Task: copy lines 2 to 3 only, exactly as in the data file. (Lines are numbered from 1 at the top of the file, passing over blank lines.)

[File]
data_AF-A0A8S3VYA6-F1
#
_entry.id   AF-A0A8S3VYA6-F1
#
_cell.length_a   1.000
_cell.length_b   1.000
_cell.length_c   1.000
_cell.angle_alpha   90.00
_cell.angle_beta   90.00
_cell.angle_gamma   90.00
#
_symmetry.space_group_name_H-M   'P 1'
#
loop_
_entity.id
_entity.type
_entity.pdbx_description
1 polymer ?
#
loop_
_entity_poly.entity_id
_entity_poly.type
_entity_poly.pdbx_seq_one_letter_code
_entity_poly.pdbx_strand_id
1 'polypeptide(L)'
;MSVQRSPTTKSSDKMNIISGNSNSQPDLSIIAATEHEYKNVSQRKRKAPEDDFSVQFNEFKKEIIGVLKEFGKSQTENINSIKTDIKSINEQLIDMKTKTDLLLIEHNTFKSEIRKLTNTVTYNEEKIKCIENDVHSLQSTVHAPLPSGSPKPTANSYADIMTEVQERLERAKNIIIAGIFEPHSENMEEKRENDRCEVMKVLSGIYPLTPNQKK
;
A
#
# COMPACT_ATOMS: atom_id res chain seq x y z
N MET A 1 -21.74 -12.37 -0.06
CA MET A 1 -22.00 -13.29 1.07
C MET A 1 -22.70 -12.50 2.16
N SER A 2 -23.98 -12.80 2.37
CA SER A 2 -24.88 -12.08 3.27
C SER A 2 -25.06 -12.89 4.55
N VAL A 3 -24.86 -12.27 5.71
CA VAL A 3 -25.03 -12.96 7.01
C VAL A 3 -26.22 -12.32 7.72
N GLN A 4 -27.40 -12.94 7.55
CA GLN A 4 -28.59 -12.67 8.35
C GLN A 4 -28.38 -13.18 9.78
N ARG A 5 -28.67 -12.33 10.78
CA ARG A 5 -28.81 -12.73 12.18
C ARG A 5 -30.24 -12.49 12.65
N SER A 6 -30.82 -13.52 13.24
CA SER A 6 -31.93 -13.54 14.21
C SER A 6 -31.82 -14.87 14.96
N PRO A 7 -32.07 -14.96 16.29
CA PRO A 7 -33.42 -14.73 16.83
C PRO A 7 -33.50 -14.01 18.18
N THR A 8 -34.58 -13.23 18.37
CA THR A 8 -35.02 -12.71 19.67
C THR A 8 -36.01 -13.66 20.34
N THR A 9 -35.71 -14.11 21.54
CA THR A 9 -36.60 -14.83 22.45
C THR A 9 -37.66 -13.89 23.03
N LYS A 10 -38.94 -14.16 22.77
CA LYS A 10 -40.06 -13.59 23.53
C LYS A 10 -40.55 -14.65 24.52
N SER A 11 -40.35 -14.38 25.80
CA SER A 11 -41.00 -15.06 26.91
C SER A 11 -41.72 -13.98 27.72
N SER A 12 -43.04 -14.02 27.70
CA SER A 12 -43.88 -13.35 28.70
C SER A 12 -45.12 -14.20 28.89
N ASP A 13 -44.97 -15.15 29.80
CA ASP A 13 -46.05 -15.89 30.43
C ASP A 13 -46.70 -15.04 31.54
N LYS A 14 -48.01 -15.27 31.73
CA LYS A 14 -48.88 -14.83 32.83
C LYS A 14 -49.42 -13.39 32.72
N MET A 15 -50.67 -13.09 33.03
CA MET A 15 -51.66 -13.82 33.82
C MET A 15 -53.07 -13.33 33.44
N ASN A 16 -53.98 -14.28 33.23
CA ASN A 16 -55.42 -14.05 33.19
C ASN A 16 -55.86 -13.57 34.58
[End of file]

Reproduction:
#
_entry.id   AF-A0A8S3VYA6-F1